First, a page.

Late Wednesday evening, a Republican appointed Texas court dismissed Texas Attorney General Ken Paxton’s request to prosecute election law violation cases.
In an 8-1 decision, the Texas Criminal Court of Appeals answered the case’s key question of whether the Texas Legislature delegates to the attorney general, a member of the executive department, the prosecution of election-law violations in the district and inferior courts.
According to court documents, the court simply answered no. Then proceeded to clarify that AG Paxton serves as a state official of the judicial branch and not the executive branch.
“Any attempt to overlap the Attorney General’s constitutional duties with county and district attorneys’ constitutional duties in the sense of a Venn diagram of sorts is unconstitutional,” the court said. “Practically speaking, any overlap is necessarily invitational, consensual, and by request: a county or district attorney must request the assistance of the Attorney General.”
So in simpler terms, according to the Texas Constitution, the state’s clear definition of separation of power grants district and county attorneys the power to prosecute criminal proceedings. Meanwhile, the attorney general’s job is to represent the state in Supreme Court cases and ensure private corporations are acting lawfully under the Texas legal code.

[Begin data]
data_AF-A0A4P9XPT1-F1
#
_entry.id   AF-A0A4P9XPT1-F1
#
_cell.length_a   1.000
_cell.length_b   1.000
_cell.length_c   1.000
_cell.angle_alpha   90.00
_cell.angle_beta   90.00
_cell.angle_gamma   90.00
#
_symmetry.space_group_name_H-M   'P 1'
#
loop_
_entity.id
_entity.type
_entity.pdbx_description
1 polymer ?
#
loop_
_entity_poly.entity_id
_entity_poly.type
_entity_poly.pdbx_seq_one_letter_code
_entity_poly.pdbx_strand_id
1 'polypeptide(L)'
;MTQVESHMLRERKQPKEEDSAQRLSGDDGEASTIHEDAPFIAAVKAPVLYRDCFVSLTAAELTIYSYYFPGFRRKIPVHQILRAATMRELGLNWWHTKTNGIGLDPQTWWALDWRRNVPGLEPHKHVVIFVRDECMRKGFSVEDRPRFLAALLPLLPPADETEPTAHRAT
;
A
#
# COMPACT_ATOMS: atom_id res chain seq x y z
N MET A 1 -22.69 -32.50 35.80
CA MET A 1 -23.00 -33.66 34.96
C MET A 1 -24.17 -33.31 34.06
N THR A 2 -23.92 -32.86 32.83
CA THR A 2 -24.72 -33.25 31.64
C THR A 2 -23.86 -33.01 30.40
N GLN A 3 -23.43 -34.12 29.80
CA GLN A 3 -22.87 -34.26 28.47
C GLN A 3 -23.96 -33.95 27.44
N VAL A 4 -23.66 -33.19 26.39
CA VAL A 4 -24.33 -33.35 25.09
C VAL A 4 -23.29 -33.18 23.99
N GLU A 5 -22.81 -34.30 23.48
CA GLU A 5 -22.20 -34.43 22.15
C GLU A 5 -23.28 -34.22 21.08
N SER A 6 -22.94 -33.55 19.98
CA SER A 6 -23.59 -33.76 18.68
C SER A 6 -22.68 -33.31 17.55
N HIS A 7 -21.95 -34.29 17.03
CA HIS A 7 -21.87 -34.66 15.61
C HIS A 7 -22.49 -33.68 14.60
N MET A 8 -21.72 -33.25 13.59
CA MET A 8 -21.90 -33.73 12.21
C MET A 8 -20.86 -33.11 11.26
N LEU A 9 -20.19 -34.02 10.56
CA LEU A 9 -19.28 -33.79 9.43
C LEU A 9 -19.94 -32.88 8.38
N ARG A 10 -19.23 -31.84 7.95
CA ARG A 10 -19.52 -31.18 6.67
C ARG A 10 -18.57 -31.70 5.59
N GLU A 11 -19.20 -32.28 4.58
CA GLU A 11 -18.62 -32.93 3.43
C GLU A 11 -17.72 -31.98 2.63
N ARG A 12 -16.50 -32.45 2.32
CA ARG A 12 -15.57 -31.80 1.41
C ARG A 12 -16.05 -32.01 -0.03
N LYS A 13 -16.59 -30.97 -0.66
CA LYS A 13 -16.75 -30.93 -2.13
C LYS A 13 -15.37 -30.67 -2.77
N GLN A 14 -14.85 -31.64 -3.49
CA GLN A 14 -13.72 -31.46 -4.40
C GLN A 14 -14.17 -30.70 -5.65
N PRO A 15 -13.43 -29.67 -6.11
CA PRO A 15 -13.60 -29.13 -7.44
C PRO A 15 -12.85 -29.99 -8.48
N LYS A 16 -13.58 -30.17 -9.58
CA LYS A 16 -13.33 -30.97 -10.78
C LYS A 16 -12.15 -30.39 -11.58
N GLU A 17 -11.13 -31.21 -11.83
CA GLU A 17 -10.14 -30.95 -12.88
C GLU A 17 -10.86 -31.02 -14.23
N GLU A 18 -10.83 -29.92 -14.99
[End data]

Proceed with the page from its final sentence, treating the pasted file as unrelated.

The court also clarified that the AG needs authorization from the district/county attorneys to follow suit.
“Absent the consent and deputization order of a local prosecutor or the request of a district or county attorney for assistance, the Attorney General has no authority to independently prosecute criminal cases in trial courts,” the court said.
This court decision is a blow for Texas Republicans who have continued former president Donald Trump’s theory of election fraud in the 2020 presidential election. According to reports, in the 94 million votes cast in Texas elections since 2004, only 0.0006 percent have been prosecuted and resolved in court.
In response to the court’s decision, state Rep. Briscoe Cain, who authored the state’s voter suppression bill this past legislative session, tweeted his dissatisfaction of the court’s ruling and what he will do to fight it.
Likewise, Paxton also tweeted about his frustration with the court after losing all arguments.